There is a very thin line between metaphysics and superstition.
Jinn, Golems, and Pretas
Elemental spirit beings known as jinn are said to hide in abandoned places, reclaimed by nature.
A golem is brought to life through the moulding of clay and mystical chanting.
Pretas wander, invisible to humans, tortured by unquenchable thirst and constant pain.
These supernatural beings might be well known if you’re a part of Muslim, Jewish or Eastern faith traditions, respectively.
Or you might know them through their various incarnations in popular culture — like the genie in Disney’s Aladdin — or religious artwork, folk stories and local knowledge.
It’s worth looking closer at these frightening, mystical, enigmatic beings because they can tell us about the historical anxieties that run rife through our religions.
They can also lay bare our most cherished ideas around impermanence, memory and imperfection, our allegiance to the natural world, and the power of mystery that comes alive when we choose to notice it.
Mystery of the world
Mystery and mysticism are at the heart of the story of both the jinn and the golem.
As Ali A Olomi explains, jinn are “elemental beings made out of a smokeless fire”.
Dr Olomi, an assistant professor of history at Penn State Abington University, says jinn were born in the tribal society of pre-Islamic Arabia, where there was “a great deal of religious diversity”.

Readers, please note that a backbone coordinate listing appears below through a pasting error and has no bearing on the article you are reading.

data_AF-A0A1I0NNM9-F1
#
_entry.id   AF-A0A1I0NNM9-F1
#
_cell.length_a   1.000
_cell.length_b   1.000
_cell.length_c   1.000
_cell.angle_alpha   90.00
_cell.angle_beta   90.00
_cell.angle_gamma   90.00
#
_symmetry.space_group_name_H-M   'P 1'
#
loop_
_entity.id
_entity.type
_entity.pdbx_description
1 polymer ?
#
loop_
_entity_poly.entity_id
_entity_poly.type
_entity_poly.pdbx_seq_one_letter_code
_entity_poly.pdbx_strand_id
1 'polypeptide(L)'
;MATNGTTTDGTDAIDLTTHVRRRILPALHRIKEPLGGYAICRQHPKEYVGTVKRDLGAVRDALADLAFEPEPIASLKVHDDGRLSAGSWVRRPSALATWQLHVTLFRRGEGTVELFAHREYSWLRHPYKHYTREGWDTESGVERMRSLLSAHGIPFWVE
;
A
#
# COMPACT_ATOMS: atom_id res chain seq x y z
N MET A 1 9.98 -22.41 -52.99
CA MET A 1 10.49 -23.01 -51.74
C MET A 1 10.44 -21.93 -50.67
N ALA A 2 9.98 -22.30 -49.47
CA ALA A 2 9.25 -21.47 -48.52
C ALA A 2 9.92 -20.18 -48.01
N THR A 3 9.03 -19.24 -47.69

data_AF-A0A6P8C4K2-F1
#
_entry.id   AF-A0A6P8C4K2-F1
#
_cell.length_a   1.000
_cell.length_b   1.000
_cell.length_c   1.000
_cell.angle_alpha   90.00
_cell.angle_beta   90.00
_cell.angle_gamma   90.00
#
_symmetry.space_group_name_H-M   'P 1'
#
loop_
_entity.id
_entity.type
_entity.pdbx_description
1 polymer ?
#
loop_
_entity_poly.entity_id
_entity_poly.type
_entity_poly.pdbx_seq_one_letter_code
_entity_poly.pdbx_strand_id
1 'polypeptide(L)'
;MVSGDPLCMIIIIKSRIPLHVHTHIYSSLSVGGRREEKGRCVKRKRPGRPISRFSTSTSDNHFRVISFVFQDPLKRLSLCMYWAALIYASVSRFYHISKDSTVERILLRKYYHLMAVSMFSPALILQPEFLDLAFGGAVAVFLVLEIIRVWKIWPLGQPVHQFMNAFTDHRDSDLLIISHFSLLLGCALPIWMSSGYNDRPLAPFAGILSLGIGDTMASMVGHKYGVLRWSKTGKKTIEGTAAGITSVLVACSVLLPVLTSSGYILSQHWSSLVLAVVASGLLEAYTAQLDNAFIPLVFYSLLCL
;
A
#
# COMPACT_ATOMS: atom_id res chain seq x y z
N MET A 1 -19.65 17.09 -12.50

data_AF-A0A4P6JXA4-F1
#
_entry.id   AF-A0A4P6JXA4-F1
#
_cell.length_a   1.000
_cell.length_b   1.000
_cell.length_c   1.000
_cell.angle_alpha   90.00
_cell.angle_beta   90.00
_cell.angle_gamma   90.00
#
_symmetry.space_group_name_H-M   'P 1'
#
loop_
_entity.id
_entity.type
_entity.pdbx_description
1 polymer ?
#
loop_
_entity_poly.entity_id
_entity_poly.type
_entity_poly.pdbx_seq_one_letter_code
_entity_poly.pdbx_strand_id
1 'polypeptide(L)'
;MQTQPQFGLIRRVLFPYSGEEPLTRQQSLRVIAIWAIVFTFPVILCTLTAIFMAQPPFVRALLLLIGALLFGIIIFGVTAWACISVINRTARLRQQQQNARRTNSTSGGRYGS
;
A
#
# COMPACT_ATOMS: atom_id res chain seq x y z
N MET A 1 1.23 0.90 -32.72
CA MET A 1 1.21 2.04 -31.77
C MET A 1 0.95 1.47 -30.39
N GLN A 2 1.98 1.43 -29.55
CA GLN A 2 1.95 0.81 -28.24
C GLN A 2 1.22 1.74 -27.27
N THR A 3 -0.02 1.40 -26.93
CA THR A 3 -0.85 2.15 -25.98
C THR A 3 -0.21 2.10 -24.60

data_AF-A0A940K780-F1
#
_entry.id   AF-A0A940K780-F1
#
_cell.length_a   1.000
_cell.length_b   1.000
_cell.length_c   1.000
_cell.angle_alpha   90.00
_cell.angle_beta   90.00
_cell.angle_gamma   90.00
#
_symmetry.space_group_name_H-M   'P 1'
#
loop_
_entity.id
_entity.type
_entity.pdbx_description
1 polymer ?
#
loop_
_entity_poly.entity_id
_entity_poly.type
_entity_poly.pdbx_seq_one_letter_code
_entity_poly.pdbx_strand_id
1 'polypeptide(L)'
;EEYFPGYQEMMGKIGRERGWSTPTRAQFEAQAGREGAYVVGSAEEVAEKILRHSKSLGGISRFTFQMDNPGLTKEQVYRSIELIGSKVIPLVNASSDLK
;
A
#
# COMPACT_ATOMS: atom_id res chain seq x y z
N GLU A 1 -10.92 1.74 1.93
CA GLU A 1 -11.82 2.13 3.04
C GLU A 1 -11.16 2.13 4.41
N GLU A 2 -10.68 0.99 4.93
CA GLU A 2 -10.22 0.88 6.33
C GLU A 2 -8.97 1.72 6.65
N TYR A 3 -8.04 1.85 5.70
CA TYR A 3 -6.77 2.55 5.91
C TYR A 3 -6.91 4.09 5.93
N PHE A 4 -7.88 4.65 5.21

“They are one invisible race amongst three races created by God,” he says; the others are humans and angels.
“We believe they were perhaps some type of intermediary between the gods and mankind.”
English speakers may know the term “genie”, a word that comes from jinni, the singular form of jinn.
For people growing up in the Muslim world, Dr Olomi says, the jinn are like bogeymen, invoked by bad behaviour.
They exist on a spectrum, with some down the mischievous end, while others occupy a darker, more threatening space in the Muslim psyche.
Birth, death and truth
Invisible powers play a similar role in the tale of the golem — a man-made being constructed from clay, then animated to protect the Jewish people, which it does, violently, before its murderous rampage gets out of control.
The legend is steeped in Jewish mysticism and hints at the power of the Torah, the five books of Moses.
It has featured in biblical stories, films from Weimar Germany and more recently in literature.